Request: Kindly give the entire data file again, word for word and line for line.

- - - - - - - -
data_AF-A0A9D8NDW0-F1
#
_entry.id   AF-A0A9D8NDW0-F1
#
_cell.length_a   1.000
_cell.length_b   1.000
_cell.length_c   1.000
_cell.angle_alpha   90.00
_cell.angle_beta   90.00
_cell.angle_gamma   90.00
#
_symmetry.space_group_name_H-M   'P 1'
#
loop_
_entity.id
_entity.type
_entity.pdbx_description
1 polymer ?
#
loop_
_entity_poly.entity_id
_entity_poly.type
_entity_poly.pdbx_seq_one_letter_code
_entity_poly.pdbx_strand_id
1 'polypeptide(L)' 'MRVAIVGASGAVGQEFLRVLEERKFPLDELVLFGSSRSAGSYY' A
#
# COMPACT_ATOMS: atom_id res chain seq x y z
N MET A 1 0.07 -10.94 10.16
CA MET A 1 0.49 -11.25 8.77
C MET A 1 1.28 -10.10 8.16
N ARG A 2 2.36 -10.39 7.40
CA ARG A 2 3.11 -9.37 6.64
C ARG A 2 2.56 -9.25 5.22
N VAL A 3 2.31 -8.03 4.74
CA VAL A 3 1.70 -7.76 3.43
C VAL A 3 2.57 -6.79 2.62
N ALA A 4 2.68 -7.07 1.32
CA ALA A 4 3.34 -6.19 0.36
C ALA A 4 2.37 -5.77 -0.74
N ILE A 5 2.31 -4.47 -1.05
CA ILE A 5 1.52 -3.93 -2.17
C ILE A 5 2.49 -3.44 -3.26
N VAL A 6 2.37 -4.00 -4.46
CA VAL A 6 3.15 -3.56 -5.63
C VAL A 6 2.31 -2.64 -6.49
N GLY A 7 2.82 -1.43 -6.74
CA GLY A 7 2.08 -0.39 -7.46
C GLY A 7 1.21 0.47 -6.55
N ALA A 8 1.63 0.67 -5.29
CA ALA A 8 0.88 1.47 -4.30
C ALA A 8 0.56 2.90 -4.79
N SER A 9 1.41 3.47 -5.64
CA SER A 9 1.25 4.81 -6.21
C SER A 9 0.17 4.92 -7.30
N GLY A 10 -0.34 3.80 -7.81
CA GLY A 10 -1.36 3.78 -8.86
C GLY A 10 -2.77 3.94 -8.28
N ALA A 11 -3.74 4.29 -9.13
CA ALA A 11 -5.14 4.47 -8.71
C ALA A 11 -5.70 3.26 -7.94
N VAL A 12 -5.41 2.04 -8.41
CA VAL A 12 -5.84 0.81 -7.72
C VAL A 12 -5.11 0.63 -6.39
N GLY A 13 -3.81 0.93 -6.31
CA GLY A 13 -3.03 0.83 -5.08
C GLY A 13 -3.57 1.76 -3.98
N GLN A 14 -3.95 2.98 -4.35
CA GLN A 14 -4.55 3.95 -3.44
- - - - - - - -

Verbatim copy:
data_AF-A0A9D8NDW0-F1
#
_entry.id   AF-A0A9D8NDW0-F1
#
_cell.length_a   1.000
_cell.length_b   1.000
_cell.length_c   1.000
_cell.angle_alpha   90.00
_cell.angle_beta   90.00
_cell.angle_gamma   90.00
#
_symmetry.space_group_name_H-M   'P 1'
#
loop_
_entity.id
_entity.type
_entity.pdbx_description
1 polymer ?
#
loop_
_entity_poly.entity_id
_entity_poly.type
_entity_poly.pdbx_seq_one_letter_code
_entity_poly.pdbx_strand_id
1 'polypeptide(L)' 'MRVAIVGASGAVGQEFLRVLEERKFPLDELVLFGSSRSAGSYY' A
#
# COMPACT_ATOMS: atom_id res chain seq x y z
N MET A 1 0.07 -10.94 10.16
CA MET A 1 0.49 -11.25 8.77
C MET A 1 1.28 -10.10 8.16
N ARG A 2 2.36 -10.39 7.40
CA ARG A 2 3.11 -9.37 6.64
C ARG A 2 2.56 -9.25 5.22
N VAL A 3 2.31 -8.03 4.74
CA VAL A 3 1.70 -7.76 3.43
C VAL A 3 2.57 -6.79 2.62
N ALA A 4 2.68 -7.07 1.32
CA ALA A 4 3.34 -6.19 0.36
C ALA A 4 2.37 -5.77 -0.74
N ILE A 5 2.31 -4.47 -1.05
CA ILE A 5 1.52 -3.93 -2.17
C ILE A 5 2.49 -3.44 -3.26
N VAL A 6 2.37 -4.00 -4.46
CA VAL A 6 3.15 -3.56 -5.63
C VAL A 6 2.31 -2.64 -6.49
N GLY A 7 2.82 -1.43 -6.74
CA GLY A 7 2.08 -0.39 -7.46
C GLY A 7 1.21 0.47 -6.55
N ALA A 8 1.63 0.67 -5.29
CA ALA A 8 0.88 1.47 -4.30
C ALA A 8 0.56 2.90 -4.79
N SER A 9 1.41 3.47 -5.64
CA SER A 9 1.25 4.81 -6.21
C SER A 9 0.17 4.92 -7.30
N GLY A 10 -0.34 3.80 -7.81
CA GLY A 10 -1.36 3.78 -8.86
C GLY A 10 -2.77 3.94 -8.28
N ALA A 11 -3.74 4.29 -9.13
CA ALA A 11 -5.14 4.47 -8.71
C ALA A 11 -5.70 3.26 -7.94
N VAL A 12 -5.41 2.04 -8.41
CA VAL A 12 -5.84 0.81 -7.72
C VAL A 12 -5.11 0.63 -6.39
N GLY A 13 -3.81 0.93 -6.31
CA GLY A 13 -3.03 0.83 -5.08
C GLY A 13 -3.57 1.76 -3.98
N GLN A 14 -3.95 2.98 -4.35
CA GLN A 14 -4.55 3.95 -3.44